Now you may think that all of these infractions of the supermarket social conventions are harmless; that nobody is hurt. I don't care. We live in a society, where for everybody's benefit we follow rules and conventions. These little things may not make the world a better place or make life-and-death differences, but they do make a necessary task for everyone a little more pleasant.

Don't get me started on people who cross the road ten metres away from a perfectly serviceable pedestrian crossing or set of lights...

Tuesday, September 28, 2010

Painting some Space Marines

On Saturday, with not a lot to do, I thought I would sit down and paint a couple of Space Marines. I have posted before about my Warhammer 40K painting, which I do as stress relief.

I haven't done much in a while, and I've had three Space Marines undercoated and sitting on the shelf. The miniatures are only about three inches high, and some of the detail is quite fine. I still don't quite have the brush control to make them look as good as I would like. While nowhere near good enough to put on display, I like to think that they would be acceptable enough to use in gameplay.

I have only done a few miniatures, and all have been using the Ultramarines colour scheme. Next, I would like to branch out and try some others.

It was quite annoying trying to take a photo of these two miniatures. My $90 Cybershot camera would not focus for me, and I could not find an option to do a manual focus. I almost pulled out the old Nikon SLR, but for a lack of film. I suppose you get what you pay for with digital cameras.

Tuesday, September 21, 2010

Date Claimer

Mark your calendars. July 12, 2011 is an auspicious date. This is the day that the planet Neptune will complete its first full orbit since its discovery on September 23, 1846.

Neptune has an orbital period of 164.79 Earth years, so it will be nudging back into the place it was when it was sighted near where Le Verrier predicted it to be. It won't be in the same place in the sky as that night, though, as the Earth will be in a different point in its orbit.

Things move slow out where the Sun is weak and things are cold.

Monday, September 20, 2010

A Bit of a Delay

It has been a while since I've posted. Things were busy last week with helping with organizing the Carnival Parade, and Mum and Dad are staying with me for a few days. I will have a longer post sometime soon.

Friday, September 10, 2010

David Mitchell on the Act of Giving Flowers

I think David Mitchell's Soapbox is great. I identify with quite a lot of what he says. Maybe that is a bad thing? A shame about the adverts that top and tail the videos, but someone has to pay the talent. He is on the telly after all.

Monday, September 6, 2010

On Open-Source Documentation

So I am sitting in the office. I've spent the morning reading documentation on the Shibboleth middleware I am implementing while I wait for another department to build my hardware. Outside it is a cool, clear day.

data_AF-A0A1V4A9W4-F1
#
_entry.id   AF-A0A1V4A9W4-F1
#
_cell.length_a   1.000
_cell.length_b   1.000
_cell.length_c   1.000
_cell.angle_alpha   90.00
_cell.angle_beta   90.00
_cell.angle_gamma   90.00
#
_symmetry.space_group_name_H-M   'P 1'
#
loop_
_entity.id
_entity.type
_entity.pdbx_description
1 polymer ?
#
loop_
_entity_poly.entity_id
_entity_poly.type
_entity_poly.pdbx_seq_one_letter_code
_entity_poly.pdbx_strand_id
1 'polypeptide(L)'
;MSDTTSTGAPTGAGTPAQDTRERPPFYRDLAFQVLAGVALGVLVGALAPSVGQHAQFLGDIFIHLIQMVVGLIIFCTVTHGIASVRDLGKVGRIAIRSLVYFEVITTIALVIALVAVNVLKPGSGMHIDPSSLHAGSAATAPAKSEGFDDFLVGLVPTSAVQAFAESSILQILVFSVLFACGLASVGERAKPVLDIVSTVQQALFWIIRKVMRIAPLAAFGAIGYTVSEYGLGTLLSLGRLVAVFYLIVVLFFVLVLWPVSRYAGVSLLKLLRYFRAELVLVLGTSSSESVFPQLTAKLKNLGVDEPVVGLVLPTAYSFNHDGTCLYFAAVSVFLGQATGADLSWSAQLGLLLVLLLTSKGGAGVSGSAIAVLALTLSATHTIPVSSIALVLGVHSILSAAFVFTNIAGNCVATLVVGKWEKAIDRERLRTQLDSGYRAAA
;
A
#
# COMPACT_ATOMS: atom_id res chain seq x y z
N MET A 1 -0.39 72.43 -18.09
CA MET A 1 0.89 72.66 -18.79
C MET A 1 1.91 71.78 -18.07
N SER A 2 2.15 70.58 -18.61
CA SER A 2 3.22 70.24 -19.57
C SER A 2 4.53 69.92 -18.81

In here, my levels of frustration have waxed and waned through the morning. Why is open-source software so poorly documented? Especially open-source software that relies on other open-source software. Implementing this thing has been like trying to put together a jigsaw, only all of the pieces come from different puzzles with different pictures on the boxes.

Change one piece and you need to trim that puzzle piece with a pair of scissors. Now I am a fine one to talk; I am sure that more that a little of my documentation is sub-par. But my expectations were higher than that when working with this product.

Were my expectations unrealistic? I went back and forth on that for a while, but what amazed me was that thinking back on the commercial software I have used in the past, I realized that more often than not, their documentation sucked, too. I am most familiar with Cisco products. Before my exile to project Siberia, I used CatOS, IOS, WLC software, Cisco ACS, CiscoWorks and so on. Invariably, the documentation for the software sucked. Especially if you wanted to do something which is not quite turn-key. Not that the products had limitations in the area I was investigating, mind you, just that the documentation was geared towards the turn-key solution.

Thus the realization dawned that the documentation didn't so much suck, it was just that I wasn't the audience for the easy-to-find documentation. The documentation needs to address the majority of cases, not the exceptional outlier. This is fundamentally different from internal documentation often demanded by management - highly specialized to the specific implementation you are doing, so that systems can be replicated. In some cases documentation so detailed that the network could be rebuilt by the last surviving janitor after the nuclear holocaust.

So after lunch, I am going to cut the documentation some slack, and lower some of the expectations. Sometimes you have to do the heavy lifting yourself. And maybe I'll put my implementation notes up on the web for someone else to whine about.

Friday, September 3, 2010

Cricket Down the Drain

Once again, cricket is plunged into scandal and controversy by a betting scheme. The game whose very name is a byword for fair play is once again maligned. Gideon Haigh as always is insightful in pointing out the endemic problems in the administration of the game and the social inequities that lead some teams to be more susceptible than others.